• What are the points of agreement that I can build on?
  • What language is my teen using, and how can I incorporate that into what I say?
  • How can I get them to think with me about this very important topic? 


Help your teen to anticipate and understand their very intense need to belong – it is simply a normal part of brain development. Ask yourself:

  • How can I talk with my teen about the pros and cons of their drive to belong?
  • How might their need to belong put them at risk for hazing or being hazed? 


A commonly held misconception is that teens think nothing bad can happen to them, but teens often feel they are more at risk than they actually are. 

The real problem is not that teens think they are invincible; it is that they will often take risks to avoid social isolation despite their fears or concerns about risk. This underscores why it’s so important to talk about their need to belong while you also talk about the facts about hazing. You can:

  • Familiarize yourself with the truth about hazing. Take a look at these graphics for succinct summaries about the “Red Flags” for identifying hazing and 5 steps for Bystander Intervention. 
  • Know the stats.
  • Learn about actual hazing cases.


Think together and strategize about how to:

  • Recognize when they have a “gut instinct” that they are at risk or in a bad situation and how to act on that instinct rather than ignore it.
  • Assess the risk, especially in light of their intense need to belong which can lead them to stay in risky situations.
  • Consider their values and act in accordance with them.
  • Get out of a risky situation as quickly as possible.
  • Reach out for help.
  • Understand the hazing policies and resources from their school, college, or university.


Talking and even thinking about hazing can be a real challenge. Know when you could benefit from support! Think about how you can “front load” your teen so they gain the skills they need before they are in a difficult situation. Consider these resources:

  • StopHazing – A research-to-practice organization that provides resources and guidance to promote safe, healthy, and inclusive schools, colleges, and workplaces.
  • Therapy or coaching support for yourself and/or for your teen.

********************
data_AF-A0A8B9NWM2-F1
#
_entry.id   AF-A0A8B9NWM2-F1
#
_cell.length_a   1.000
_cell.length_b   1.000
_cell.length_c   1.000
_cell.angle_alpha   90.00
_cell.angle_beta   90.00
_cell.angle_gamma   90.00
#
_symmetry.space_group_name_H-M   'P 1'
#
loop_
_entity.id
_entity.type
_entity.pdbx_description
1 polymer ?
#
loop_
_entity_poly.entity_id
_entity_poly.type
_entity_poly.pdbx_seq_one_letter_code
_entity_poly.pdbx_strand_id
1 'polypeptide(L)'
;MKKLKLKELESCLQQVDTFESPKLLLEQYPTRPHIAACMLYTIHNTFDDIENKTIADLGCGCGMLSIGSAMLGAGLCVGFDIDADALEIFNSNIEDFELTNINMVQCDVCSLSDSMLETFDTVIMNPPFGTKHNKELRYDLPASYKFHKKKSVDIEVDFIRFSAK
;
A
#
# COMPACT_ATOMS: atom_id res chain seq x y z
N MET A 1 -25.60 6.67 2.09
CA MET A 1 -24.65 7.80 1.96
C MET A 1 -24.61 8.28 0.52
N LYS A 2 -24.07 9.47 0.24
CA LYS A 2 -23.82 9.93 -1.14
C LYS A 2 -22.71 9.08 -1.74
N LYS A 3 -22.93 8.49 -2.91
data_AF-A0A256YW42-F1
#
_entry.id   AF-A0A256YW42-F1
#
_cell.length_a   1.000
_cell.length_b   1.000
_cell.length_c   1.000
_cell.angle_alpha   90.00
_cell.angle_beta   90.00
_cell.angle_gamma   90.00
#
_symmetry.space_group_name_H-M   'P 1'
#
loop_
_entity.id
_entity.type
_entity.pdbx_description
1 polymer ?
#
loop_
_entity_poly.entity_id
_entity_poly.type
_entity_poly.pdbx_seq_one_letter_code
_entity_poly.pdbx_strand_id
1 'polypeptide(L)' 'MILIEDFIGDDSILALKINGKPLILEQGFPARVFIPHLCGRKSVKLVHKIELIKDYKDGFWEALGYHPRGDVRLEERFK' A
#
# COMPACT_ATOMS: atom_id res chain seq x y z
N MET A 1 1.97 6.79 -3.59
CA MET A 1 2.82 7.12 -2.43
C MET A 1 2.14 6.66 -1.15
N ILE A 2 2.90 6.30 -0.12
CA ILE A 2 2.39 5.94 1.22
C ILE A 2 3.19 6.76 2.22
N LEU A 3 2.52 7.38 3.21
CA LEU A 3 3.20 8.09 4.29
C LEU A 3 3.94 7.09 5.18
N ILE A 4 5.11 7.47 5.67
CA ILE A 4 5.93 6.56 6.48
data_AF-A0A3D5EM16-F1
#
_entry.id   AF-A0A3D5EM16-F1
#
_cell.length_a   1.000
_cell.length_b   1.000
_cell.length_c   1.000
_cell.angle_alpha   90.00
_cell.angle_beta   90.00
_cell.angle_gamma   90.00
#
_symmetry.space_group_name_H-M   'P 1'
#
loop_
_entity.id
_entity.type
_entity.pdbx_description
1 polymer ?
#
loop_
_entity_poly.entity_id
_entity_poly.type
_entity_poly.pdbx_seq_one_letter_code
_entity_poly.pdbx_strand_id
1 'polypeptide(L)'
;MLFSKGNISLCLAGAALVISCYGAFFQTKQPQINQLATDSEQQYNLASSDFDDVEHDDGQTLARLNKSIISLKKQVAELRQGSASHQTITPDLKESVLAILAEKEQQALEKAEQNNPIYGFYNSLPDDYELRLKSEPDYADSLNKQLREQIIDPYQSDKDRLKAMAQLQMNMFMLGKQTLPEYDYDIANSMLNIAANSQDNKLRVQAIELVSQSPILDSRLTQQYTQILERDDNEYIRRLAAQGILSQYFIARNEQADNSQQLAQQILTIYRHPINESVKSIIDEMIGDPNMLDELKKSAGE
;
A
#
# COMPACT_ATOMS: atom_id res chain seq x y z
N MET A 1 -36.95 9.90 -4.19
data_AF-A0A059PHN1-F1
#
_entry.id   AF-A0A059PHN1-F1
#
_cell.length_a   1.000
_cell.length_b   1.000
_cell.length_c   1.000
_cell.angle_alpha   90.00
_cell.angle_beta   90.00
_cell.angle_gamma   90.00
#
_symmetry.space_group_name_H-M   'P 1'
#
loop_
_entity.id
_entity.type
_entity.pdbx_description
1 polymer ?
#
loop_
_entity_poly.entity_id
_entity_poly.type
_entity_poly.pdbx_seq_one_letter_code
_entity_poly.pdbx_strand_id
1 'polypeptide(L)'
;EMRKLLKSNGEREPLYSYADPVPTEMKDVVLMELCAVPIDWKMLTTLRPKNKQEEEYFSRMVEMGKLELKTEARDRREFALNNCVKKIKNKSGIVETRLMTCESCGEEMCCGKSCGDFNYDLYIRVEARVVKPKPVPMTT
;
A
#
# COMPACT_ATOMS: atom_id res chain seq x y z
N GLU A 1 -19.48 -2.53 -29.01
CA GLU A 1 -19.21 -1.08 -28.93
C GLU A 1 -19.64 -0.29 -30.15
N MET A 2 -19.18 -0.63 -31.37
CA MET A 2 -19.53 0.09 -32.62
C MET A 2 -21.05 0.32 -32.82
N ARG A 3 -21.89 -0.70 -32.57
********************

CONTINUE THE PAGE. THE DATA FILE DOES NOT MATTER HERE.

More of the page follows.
• Working with a professional to help you navigate discussions about hazing and other difficult topics.


We cannot protect our teens from everything, but we can make a difference by educating ourselves and our kids about hazing. And, most importantly, we can think with teens so they can plan for how they might respond if they encounter it. 

In short, be open and honest with your teen about hazing, and be mindful of how you approach conversations. There is, unfortunately, no single how-to guide, because every teen is a bit different! However, you can use these tools to guide your conversations in the right direction to help your teen to make well-informed choices to support their health and safety in addition to strengthening your bond with them and encouraging them to come to you when they need help. 

Prepare yourself and your teen while keeping the lines of communication wide open!

More about Lisa M. Stephen, Ph.D., ACC, NBC-HWC 

Doctorate – Counseling Psychology 

Associate Certified Coach – International Coaching Federation 

National Board Certified Health and Wellness Coach 


Phone: 802-355-9299

Dr. Lisa Stephen has more than 30 years of professional experience as a practicing  psychologist. She holds a doctorate in counseling psychology from Michigan State University  and a master’s in counseling psychology from Boston College. She has worked in private  practice, residential treatment centers, outpatient clinics, and hospitals where she has helped  students and their parents heal from the aftermath of hazing. In her work with adults, teens,  college students, and student-athletes, she has provided treatment for issues related to hazing,  physical and sexual abuse, bullying, and abuse from athletic coaches. She is a member of the  American Psychological Association.  

Within the college and university setting, Dr. Stephen has previously held positions as an  academic faculty member, a counselor, a consultant supervisor of a counseling center, a self defense instructor, and a residential life administrator. She continues to provide mental skills  training for student-athletes and consults with athletic coaches to help them best support their  athletes. 

Currently, Dr. Stephen is a personal, career, and performance coach credentialed through the  International Coaching Federation, a National Board Certified Health and Wellness Coach,  and a member of both organizations. She specializes in helping mothers prepare themselves  and their children for the risks and challenges of college life.  Dr. Stephen has worked on the frontlines of trauma and has a unique understanding of what  goes on behind the scenes on college campuses. She now uses this knowledge to provide  informative and practical resources for those with college-bound children. She offers on-demand webinars, coaching, and concrete, customizable tools to support the health and  wellness of college students.